Australian vice-captain David Warner has been cleared to take on South Africa in the second Test after accepting three demerit points and a heavy fine for his role in a stairway scuffle in Durban.
Warner forfeited 75 per cent of his match fee — approximately $13,500 — after being slapped with a charge of bringing “the game into disrepute” for clashing with South Africa’s Quintin de Kock outside the dressing rooms after a tense final session on Day 4 of the first Test at Kingsmead.
The Australian batsman was handed a Level 2 charge by the International Cricket Council, which is worth three to four demerit points and up to 100 per cent of a player’s match fee, with four points resulting in an automatic one-Test suspension.
By accepting a penalty of three demerit points, Warner will be free to play in Port Elizabeth on Friday.
Proteas wicketkeeper de Kock was handed a Level 1 charge, worth one to two demerit points and up to 50 per cent of the match payment, for his role in the confrontation where he was accused of making derogatory comments about Warner’s wife.
Comments about family are ‘unacceptable’
One man who was in close proximity to both players — both throughout the day’s play and heading in to the players’ tunnel — was Australian wicket-keeper Tim Paine.
David Warner was fined 75 per cent of his match fee for his role in the scuffle. (AP: Themba Hadebe)
He insists nothing personal was said by Warner, and that the umpires would have stepped in if something had been said.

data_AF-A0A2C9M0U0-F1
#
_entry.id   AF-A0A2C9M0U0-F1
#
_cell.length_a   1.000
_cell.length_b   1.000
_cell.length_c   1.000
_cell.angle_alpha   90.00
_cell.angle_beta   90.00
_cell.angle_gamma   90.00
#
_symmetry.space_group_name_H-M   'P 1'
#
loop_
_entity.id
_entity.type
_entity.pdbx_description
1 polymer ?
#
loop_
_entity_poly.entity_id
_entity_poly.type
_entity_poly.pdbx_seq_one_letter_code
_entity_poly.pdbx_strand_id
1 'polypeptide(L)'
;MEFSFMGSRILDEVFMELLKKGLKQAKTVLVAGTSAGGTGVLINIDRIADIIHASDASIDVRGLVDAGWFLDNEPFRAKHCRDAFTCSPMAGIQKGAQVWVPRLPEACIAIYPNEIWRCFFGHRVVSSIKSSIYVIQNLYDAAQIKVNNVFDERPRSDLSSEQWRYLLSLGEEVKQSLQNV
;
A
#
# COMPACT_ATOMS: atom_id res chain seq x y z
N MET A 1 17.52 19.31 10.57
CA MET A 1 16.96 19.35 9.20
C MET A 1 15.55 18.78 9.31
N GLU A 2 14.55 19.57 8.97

“As I went past de Kock, he said what he said and luckily I suppose I was there in between,” Paine said in Port Elizabeth.
“When you are bringing people’s families or wives into it, it’s unacceptable.
“He [Warner] was certainly extremely fired up and he had every right to be.
“I have never seen him react like he reacted … he is not the sort of bloke who will whinge about being sledged.”
South Africa’s manager, Mohammed Moosajee, claims Warner peppered de Kock with personal barbs during play.
“At no stage was Quinton’s family mentioned, that’s 100 per cent false,” Paine said.
“I don’t know how their team manager can hear from where he’s sitting.
“It’s extremely disappointing … they’ve come out now and said a few things that are just blatantly untrue.”
Line drawn in sledging battle
Australia have long had a reputation for attempting to unsettle opposition players with words as well as actions, but Paine says there was a line the team would not cross.
“Our stuff is the way we’ve always played our cricket,” he said. “Certainly it’s hard, and we like to make them feel uncomfortable out there.
“But we don’t cross the line and bring people’s wives and family into the cricket game. And we’ll continue to do that for as long as we play.”
Australia won the opening Test of the four-match series by 118 runs.
Tim Paine (right) says the Australians may sledge, but don’t focus on opposition’s families. (Reuters: Rogan Ward)